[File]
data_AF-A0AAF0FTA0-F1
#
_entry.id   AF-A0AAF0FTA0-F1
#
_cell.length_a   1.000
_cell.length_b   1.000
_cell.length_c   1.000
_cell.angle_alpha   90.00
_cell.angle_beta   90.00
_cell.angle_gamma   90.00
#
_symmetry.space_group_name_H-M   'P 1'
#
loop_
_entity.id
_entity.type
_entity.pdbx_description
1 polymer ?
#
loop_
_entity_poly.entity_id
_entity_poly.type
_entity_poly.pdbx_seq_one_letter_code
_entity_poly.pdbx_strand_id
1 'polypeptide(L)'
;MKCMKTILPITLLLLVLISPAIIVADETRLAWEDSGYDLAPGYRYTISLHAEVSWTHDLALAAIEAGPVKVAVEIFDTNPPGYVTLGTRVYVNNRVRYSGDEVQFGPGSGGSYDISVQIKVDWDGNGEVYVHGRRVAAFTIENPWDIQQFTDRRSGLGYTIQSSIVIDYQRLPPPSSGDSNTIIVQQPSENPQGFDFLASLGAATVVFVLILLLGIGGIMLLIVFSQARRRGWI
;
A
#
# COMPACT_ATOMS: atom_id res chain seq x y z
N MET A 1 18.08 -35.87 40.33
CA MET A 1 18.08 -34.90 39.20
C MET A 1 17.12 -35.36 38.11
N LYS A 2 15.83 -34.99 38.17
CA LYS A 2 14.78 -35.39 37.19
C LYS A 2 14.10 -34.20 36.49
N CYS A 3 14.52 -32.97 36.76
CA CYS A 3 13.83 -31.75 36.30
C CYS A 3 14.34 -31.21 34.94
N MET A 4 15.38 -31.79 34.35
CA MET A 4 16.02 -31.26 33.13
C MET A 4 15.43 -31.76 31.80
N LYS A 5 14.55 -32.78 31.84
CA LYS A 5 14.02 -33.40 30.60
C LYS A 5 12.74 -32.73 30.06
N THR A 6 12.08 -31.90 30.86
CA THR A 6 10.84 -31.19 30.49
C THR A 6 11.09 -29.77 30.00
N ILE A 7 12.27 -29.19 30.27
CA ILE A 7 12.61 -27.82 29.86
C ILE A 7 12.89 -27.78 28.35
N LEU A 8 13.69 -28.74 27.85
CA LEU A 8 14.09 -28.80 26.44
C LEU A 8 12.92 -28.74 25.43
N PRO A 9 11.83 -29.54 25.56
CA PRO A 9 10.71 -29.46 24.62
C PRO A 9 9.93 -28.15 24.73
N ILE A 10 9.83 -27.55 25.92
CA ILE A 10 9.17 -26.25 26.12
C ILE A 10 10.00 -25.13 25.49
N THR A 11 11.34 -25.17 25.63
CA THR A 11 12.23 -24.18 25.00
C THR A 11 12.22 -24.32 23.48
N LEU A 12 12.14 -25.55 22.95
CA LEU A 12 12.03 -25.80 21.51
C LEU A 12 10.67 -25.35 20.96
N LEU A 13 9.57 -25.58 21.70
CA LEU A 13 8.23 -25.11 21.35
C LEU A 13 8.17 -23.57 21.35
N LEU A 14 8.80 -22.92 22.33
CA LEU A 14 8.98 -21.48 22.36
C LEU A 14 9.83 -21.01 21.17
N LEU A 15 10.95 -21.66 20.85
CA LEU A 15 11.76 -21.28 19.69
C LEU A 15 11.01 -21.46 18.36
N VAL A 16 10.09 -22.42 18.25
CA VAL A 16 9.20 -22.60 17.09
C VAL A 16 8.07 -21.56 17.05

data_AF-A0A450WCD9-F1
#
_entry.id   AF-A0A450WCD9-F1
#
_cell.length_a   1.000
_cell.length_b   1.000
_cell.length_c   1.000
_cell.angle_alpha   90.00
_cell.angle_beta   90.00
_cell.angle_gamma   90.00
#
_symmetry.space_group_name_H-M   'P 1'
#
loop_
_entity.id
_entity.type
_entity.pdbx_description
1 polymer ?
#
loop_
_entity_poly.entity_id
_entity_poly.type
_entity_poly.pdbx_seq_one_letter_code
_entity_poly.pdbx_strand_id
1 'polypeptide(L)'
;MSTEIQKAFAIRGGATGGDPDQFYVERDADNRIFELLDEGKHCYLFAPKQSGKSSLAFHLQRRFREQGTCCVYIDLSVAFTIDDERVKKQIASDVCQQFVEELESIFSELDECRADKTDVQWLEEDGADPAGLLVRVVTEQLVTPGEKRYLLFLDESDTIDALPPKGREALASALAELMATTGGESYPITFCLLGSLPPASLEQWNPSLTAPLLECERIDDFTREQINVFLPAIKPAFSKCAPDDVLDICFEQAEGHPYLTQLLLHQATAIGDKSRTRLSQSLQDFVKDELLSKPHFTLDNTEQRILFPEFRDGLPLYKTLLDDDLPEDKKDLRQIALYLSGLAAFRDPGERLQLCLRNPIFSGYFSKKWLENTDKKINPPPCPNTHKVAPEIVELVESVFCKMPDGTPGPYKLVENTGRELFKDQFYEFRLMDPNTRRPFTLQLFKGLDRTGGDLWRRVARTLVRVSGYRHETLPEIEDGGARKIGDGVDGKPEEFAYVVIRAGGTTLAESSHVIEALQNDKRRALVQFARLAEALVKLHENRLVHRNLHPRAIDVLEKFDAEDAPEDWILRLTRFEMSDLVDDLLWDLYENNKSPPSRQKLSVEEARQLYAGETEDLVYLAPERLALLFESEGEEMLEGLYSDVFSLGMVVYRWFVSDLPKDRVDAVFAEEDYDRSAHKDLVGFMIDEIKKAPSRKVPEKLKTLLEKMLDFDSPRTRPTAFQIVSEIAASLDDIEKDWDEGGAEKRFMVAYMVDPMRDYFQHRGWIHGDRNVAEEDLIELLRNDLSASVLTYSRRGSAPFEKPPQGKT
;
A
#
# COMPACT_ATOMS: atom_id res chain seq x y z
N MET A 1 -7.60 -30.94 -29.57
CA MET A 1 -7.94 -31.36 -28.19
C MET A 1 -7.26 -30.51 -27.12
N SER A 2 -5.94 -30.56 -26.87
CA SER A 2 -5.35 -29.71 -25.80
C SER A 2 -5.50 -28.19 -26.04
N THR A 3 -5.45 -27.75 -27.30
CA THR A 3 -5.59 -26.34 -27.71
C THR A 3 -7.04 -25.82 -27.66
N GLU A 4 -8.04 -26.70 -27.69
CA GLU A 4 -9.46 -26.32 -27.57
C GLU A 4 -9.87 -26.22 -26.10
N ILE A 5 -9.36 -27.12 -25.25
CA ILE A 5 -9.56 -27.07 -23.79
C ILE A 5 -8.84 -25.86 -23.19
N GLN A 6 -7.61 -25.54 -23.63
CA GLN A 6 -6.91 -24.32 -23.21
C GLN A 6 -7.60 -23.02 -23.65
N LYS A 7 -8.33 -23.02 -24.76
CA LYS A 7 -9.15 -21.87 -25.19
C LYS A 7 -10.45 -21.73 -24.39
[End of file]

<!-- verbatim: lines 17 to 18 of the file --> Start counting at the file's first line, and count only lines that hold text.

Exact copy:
_entity.pdbx_description
1 polymer ?